In this paper we report the concentration of terminal complement complexes (TCCs, SC5b-9, an index of complement activation) in newly diagnosed insulin-dependent diabetes mellitus (IDDM) patient serum and normal human serum. In the nine patients studied, levels of serum soluble TCCs were approximately 1.6-fold higher than in sera obtained from normal control individuals. On incubation of rat islet cells with diluted serum (10%, v/v, concentration), complement activation was increased at a significantly faster rate and the total TCC concentration was significantly higher in culture medium containing IDDM patient serum than in medium containing control serum. The concentration of anti-(glutamic acid decarboxylase) autoantibodies in newly diagnosed IDDM patient serum was on average 60-fold higher than in normal human control serum. IDDM patient serum (10%, v/v) induced apoptosis in islet cells, as determined by islet cell density changes and DNA fragmentation patterns. However, serum from IDDM patients was not able to induce apoptosis of the cells when complement components (C1q and C3) or antibodies were depleted. In addition, glutamine and the potent antioxidant 1-pyrrolidinecarbodithioic acid partially reversed cell death induced by IDDM patient serum in a concentration-dependent manner. The ATP concentration in islet cells incubated for 24 h in the presence of diluted IDDM patient serum was reduced to 4.4% of that observed in islet cells incubated in fetal calf serum or 7.3% of that observed in islet cells incubated in normal human serum. On the basis of these observations, we suggest that the pathway of IDDM patient serum-induced islet cell apoptosis may involve antibody-dependent complement activation, free radical generation and a precipitous fall in ATP levels.
SJ Conroy, I Green, G Dixon, PM Byrne, J Nolan, YH Abdel-Wahab, N McClenaghan, PR Flatt and P Newsholme
We have previously reported that newly diagnosed Type-1 diabetic patient sera potently suppressed insulin secretion from a clonal rat pancreatic beta-cell line (BRIN BD11) but did not alter cell viability. Here, we report that apoptosis in BRIN BD11 cells incubated in various sera types (fetal calf serum (FCS), normal human serum and Type-1 diabetic patient) was virtually undetectable. Although low levels of necrosis were detected, these were not significantly different between cells incubated in sera from different sources. ATP levels were reduced by approximately 30% while nitrite production increased twofold from BRIN BD11 cells incubated for 24 h in the presence of Type-1 diabetic patient sera compared with normal human sera. Additionally, ATP levels were reduced by approximately 40% and DNA fragmentation increased by more than 20-fold in BRIN BD11 cells incubated in FCS in the presence of a pro-inflammatory cytokine cocktail (interleukin-1beta, tumour necrosis factor-alpha and interferon-gamma), compared with cells incubated in the absence of cytokines. Nitric oxide production from BRIN BD11 cells was markedly increased (up to 10-fold) irrespective of sera type when the cytokine cocktail was included in the incubation medium. Type-1 diabetic patient sera significantly (P<0.001) raised basal levels of intracellular free Ca(2+ )concentration ([Ca(2+)](i)) in BRIN BD11 cells after a 24-h incubation. The alteration in [Ca(2+)](i) concentration was complement dependent, as removal of the early complement components C1q and C3 resulted in a significant reduction (P<0.01) of sera-induced [Ca(2+)](i )changes. We propose that the mechanism of Type-1 diabetic patient sera-induced inhibition of insulin secretion from clonal beta-cells may involve complement-stimulated elevation of [Ca(2+)](i) which attenuates the nutrient-induced insulin secretory process possibly by desensitizing the cell to further changes in Ca(2+).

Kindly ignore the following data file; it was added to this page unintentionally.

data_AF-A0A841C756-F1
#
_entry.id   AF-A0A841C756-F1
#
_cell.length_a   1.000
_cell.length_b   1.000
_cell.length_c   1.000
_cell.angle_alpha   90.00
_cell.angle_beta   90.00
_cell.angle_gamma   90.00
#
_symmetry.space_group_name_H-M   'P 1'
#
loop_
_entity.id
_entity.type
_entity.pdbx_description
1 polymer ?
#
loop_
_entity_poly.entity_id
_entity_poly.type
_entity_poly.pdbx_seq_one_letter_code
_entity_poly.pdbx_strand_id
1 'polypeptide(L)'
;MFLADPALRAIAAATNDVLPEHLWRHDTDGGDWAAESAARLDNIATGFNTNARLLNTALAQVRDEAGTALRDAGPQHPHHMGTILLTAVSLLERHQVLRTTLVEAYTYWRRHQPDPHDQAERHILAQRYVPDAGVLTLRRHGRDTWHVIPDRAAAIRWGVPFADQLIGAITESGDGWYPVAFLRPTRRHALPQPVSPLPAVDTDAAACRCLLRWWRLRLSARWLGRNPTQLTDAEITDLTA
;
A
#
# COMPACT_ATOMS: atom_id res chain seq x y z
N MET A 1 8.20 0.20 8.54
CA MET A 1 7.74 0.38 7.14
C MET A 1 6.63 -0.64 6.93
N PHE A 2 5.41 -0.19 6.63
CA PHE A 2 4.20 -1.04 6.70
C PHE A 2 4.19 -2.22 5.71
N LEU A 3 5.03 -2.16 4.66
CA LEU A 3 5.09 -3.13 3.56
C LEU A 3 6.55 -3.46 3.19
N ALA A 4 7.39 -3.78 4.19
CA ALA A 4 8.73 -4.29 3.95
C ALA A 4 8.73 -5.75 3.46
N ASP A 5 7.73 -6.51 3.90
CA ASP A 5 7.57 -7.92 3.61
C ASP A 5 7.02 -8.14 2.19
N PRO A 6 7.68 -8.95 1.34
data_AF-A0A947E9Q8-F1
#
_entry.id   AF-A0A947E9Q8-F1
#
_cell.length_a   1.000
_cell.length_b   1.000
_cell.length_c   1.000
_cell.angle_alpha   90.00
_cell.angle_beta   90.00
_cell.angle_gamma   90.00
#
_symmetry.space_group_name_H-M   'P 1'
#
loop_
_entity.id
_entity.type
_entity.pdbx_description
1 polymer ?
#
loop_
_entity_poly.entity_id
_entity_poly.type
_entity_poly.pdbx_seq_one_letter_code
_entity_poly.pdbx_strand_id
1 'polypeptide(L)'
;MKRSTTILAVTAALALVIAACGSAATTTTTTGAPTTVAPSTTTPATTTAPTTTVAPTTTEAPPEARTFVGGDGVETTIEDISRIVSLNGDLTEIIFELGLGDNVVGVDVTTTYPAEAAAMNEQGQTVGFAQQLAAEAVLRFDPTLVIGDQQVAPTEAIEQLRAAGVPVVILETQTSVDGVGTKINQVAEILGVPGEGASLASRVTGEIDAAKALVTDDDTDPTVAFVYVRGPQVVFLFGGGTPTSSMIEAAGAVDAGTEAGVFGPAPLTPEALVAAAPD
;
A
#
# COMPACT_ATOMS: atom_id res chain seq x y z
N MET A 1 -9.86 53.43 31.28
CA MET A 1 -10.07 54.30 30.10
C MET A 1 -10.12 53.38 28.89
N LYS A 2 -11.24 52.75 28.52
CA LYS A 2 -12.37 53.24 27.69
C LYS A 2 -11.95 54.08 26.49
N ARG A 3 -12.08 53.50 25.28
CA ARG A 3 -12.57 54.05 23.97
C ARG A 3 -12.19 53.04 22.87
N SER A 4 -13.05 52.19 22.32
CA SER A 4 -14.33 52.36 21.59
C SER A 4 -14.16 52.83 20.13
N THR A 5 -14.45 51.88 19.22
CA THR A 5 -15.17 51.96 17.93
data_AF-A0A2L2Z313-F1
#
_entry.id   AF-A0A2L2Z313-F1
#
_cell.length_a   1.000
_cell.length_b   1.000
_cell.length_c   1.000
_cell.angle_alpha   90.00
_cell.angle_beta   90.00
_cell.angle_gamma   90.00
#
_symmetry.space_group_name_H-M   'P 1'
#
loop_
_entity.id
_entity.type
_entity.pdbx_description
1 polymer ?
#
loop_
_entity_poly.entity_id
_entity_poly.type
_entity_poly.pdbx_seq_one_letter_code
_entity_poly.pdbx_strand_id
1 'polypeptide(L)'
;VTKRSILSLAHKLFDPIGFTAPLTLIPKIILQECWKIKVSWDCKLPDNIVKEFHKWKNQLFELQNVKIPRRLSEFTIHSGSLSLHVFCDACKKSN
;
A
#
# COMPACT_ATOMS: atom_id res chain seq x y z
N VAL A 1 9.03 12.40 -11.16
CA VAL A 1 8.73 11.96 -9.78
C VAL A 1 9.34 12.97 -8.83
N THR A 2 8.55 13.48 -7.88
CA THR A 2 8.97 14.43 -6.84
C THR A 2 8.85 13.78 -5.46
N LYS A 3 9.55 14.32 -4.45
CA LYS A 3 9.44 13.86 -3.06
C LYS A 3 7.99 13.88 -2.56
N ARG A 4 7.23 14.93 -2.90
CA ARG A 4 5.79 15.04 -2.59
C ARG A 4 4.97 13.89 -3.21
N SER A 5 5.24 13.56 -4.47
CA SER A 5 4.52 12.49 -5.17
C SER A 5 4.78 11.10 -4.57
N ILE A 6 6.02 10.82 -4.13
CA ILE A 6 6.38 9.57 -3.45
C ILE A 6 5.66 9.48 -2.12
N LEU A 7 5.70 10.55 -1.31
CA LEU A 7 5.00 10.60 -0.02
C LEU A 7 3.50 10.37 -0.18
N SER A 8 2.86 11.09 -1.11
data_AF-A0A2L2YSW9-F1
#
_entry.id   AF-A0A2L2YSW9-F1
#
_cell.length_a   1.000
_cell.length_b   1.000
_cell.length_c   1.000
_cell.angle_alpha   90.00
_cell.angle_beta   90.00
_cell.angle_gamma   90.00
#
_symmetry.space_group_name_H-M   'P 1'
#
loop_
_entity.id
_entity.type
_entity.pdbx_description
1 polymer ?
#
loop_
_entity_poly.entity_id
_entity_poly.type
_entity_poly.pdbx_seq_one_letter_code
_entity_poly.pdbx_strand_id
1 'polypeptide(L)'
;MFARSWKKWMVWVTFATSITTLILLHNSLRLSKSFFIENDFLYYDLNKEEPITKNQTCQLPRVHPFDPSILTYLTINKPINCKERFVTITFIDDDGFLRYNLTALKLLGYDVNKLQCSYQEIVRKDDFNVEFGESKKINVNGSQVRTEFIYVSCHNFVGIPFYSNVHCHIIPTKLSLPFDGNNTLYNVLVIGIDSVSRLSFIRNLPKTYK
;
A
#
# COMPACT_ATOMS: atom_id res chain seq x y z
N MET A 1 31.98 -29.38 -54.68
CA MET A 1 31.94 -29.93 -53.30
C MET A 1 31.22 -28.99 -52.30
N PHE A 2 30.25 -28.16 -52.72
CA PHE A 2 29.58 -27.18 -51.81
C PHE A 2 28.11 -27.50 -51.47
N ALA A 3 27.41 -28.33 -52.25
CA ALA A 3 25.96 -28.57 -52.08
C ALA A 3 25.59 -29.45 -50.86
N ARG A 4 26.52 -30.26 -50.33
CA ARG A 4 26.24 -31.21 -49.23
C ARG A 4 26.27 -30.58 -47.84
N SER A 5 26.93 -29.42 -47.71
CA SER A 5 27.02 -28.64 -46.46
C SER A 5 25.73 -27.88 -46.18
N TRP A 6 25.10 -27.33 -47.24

SJ Conroy, YH Abdel-Wahab, EM Caraher, PM Byrne, E Murphy, J Nolan, PR Flatt and P Newsholme
There are conflicting reports on the effect of serum from patients with insulin-dependent diabetes mellitus (IDDM) or normal human serum on beta-cell function and insulin secretion. Here, we report that the sera of newly diagnosed IDDM patients potently suppresses insulin secretion from a clonal rat pancreatic beta-cell line (BRIN-BD11), but do not alter cell viability. Indeed, the viability of the beta-cells was not significantly different between cells cultured in 10% (v/v) IDDM sera, normal human sera, or fetal calf serum after 24, 48 and 72 h. Alanine-stimulated insulin secretion from cells cultured for 24 h in (10% v/v) IDDM patient sera was reduced to 48% of that secreted from cells cultured in (10% v/v) normal human sera. After depletion of the complement components C1q and C3, the inhibition of insulin secretion induced by IDDM patient sera was significantly reversed (no significant difference was observed between cells cultured in complement-depleted IDDM patient sera and cells cultured in normal human sera or complement-depleted normal human sera). The concentration of glutamic acid decarboxylase (GAD) autoantibodies was markedly increased in the sera of six out of nine newly diagnosed IDDM patients in this study, whereas insulin auto-antibodies (IAA) were detected in the sera of three of the nine patients and islet-cell antibodies (ICA) in the sera of five of them. In addition, the concentration of soluble terminal complement complexes (SC5-9) was greater in some of the beta-cell culture media samples after 24 h incubation when the incubation medium was supplemented with IDDM patient sera than when supplementation was with normal human sera. We propose that the mechanism of sera-induced inhibition of insulin secretion from clonal beta-cells may involve complement- and cytokine-stimulated intracellular events that attenuate the metabolite-induced secretory process.